What are my favorite 1969 movies? Thanks for asking. At the top are two that I listed in that long-ago Facebook Fave Fifty project.

The Sorrow and the Pity (#2 on that list):

The film also approaches one my favorite subjects, the vagaries of memory. People tell stories about what happened to them 25 years earlier; other people tell stories that contradict the story you just heard. Some people make grandiose claims based on “facts", only to have the interviewer gently contest those “facts” with facts of his own that put the lie to the original speaker.

Ultimately, The Sorrow and the Pity puts us in the position of thinking about how we might have reacted in that situation. We might see ourselves as heroic, and the mythology tells us most French people were indeed heroes. But we also see that the myth is often more false than true, and that ordinary people act in ordinary ways under extraordinary circumstances, when to be ordinary is to be a collaborator.

The Wild Bunch (#8):

After The Wild Bunch, it was impossible to look at westerns the same way. It dealt with the end of an era, but there was nothing new in that; Butch Cassidy and the Sundance Kid, from the same period, trod similar ground. But the freeze-frame that concludes Butch Cassidy allows our nostalgia to survive. (“A freeze-frame!”, David Thomson wrote. “You can hear Peckinpah’s sneer. He might slow down the fatal frames, but that is only so we can see every bullet bursting in flesh and blood.”) The excessive violence at the end of The Wild Bunch rubs our noses in the era’s end; nothing seems to survive. After that, what else is possible? From that point on, if you made a western, you had to deal with the line The Wild Bunch drew between then and now.

I think one problem with the recent Magnificent Seven remake is that it acted like The Wild Bunch had never been made.

Army of Shadows is my 3rd-favorite movie of 1969. Coming in at #4:

On Her Majesty's Secret Service:

The worst 007 (George Lazenby), combined with one of the handful of best Bond Girls (Diana Rigg), a Bond that is more human than usual, a love story that is touching without getting in the way, and some of the best actions scenes ever to appear in a Bond movie. If it wasn’t for Lazenby, this would be a contender for best James Bond movie of all time.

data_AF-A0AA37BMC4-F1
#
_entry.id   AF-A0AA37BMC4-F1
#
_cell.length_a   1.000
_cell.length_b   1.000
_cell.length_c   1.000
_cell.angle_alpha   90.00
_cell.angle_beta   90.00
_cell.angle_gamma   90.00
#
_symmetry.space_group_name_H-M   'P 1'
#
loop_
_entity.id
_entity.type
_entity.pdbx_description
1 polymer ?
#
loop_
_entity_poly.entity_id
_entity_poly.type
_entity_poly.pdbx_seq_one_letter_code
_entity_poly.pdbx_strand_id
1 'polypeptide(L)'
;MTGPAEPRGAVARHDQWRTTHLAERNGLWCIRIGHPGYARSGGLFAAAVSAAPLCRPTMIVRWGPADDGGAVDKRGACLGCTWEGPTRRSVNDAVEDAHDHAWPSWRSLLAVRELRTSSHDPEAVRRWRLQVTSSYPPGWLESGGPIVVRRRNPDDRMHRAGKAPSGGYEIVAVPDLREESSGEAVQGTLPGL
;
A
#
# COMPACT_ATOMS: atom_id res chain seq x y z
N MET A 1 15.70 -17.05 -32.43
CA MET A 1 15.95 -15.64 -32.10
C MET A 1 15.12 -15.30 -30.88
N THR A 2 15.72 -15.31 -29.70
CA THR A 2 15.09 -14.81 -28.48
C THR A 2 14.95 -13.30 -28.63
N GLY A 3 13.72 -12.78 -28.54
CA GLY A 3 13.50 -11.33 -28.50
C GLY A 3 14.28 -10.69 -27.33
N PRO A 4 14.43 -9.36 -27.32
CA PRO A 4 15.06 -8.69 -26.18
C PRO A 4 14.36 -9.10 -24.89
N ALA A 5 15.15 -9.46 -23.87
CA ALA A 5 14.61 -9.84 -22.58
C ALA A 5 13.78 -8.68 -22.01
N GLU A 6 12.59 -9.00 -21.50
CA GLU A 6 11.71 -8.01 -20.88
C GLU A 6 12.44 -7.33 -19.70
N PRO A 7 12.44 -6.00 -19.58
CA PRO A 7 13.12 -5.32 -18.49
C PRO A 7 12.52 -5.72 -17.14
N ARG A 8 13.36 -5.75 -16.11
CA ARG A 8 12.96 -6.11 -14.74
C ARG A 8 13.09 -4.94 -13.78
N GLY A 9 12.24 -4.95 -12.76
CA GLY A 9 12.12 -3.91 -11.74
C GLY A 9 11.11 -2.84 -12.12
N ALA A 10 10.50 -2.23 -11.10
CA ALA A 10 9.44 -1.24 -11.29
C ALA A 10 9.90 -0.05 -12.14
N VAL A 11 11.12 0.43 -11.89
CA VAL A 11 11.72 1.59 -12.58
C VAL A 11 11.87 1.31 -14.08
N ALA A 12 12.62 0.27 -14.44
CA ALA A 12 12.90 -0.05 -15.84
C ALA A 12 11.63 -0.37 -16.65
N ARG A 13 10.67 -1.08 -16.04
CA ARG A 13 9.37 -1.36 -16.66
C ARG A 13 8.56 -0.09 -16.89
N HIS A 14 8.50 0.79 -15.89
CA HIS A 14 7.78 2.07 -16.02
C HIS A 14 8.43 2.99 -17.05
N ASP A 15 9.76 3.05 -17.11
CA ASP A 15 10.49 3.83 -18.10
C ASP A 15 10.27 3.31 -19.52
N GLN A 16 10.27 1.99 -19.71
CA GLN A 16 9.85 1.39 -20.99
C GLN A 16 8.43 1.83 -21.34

So, I'm now building a list of 1969 movies I should watch. Of course, like most "requests" (I'm acting like LaSalle requested that I watched the four of his choices I've missed), it may take me five years to get there. (Anyone reading this who wants to recommend a 1969 movie, that's what the comments section is for!). Meanwhile, here are some other movies from 1969 I have never seen:

Kes, Adalen 31, In the Year of the Pig, Model Shop, Medium Cool.

And, since it's Oscar season, here are some Oscar winners from that year I haven't seen:

Hello, Dolly, The Prime of Miss Jean Brodie, Cactus Flower. I have to say those don't look all that great to me.

And finally, I'll add two of the top grossing films in the U.S. that I haven't seen, one which I would like to see, one which I wouldn't: Bob & Carol & Ted & Alice, and Paint Your Wagon.


nicolas roeg

Nicolas Roeg died yesterday at the age of 90. There was a time when he was my favorite director. His first three films as a director (Performance, co-directed with Donald Cammell, Walkabout, and Don't Look Now) remain tremendous. I didn't like his next two, The Man Who Fell to Earth and Bad Timing, as much, and then I mostly lost track of him, although he directed for another 27 years

I wrote about Performance a couple of months ago: "Revisiting Performance". I ranked it #10 on my 50 Favorite Films list back in 2012. In an earlier post:

Performance no longer seems like a very complicated movie. I showed it to a friend a few years ago who had never seen it, and he thought it was fairly straightforward. This is because the techniques of Performance, the things that made it seem so remarkable in 1970, are commonplace now. Fractured editing, uncertain chronologies, plots full of puzzles, these are all part of the standard bag of contemporary directors’ tricks.

Walkabout in 2011: "Walkabout is one of my very favorite movies, and is one of the reasons why, as a film major in the early-70s, I thought Nicolas Roeg was the best director. I recommend it highly to pretty much everyone reading this."

I discussed Don't Look Now in 2013:

In Don’t Look Now, there is a sense that nothing is as it seems, alongside a feeling that one could figure out the puzzle if you just gave yourself over to your gifts of second sight. Roeg plays with time … what the film calls “second sight” allows for flash-forwards as premonition, and the past never leaves us, either. John Baxter (Donald Sutherland) sees past events just as often as he sees the future, although he doesn’t believe in those premonitions, only in what happened in the past. The film is full of visual allusions, shapes that occur in multiple settings, motifs of water and broken glass, and the color red, always red. Venice is a character in the film, as well, but it is far from what you might see in a tourist brochure.